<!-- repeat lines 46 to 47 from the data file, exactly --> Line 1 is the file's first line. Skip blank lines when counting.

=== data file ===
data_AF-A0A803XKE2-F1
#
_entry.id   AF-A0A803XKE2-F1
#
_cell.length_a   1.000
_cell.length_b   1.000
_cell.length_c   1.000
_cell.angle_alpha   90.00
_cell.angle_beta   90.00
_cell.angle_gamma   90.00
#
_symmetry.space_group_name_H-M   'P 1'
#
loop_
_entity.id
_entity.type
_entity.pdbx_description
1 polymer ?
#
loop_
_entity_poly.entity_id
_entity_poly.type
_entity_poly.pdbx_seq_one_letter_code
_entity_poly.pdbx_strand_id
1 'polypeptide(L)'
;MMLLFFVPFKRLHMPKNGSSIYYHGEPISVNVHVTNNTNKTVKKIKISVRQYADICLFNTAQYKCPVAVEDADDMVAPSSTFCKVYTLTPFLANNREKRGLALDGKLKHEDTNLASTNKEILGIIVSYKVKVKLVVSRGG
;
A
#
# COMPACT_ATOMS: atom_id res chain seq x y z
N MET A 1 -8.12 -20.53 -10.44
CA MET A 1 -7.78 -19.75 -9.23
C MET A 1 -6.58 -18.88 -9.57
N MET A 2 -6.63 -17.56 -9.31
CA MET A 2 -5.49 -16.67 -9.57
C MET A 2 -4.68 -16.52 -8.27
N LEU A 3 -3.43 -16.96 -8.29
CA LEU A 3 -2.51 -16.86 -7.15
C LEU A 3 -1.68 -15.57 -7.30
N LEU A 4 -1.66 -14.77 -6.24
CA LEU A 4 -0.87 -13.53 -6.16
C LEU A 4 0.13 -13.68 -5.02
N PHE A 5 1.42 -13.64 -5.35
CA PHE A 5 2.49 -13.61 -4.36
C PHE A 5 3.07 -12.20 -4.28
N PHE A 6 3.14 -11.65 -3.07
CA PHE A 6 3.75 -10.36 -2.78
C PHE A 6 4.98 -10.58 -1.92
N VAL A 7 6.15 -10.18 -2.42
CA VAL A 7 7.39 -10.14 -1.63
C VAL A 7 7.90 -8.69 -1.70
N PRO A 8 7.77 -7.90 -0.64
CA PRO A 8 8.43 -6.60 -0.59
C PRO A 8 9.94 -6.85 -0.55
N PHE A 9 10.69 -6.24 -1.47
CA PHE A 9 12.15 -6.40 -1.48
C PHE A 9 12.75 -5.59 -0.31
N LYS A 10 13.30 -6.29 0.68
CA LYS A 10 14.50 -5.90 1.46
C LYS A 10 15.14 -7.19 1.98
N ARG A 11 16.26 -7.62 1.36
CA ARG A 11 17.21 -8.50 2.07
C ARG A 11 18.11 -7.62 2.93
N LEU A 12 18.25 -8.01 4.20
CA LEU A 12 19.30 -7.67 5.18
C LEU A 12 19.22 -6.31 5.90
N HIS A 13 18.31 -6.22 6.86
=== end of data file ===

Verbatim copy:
N PHE A 6 3.14 -11.65 -3.07
CA PHE A 6 3.75 -10.36 -2.78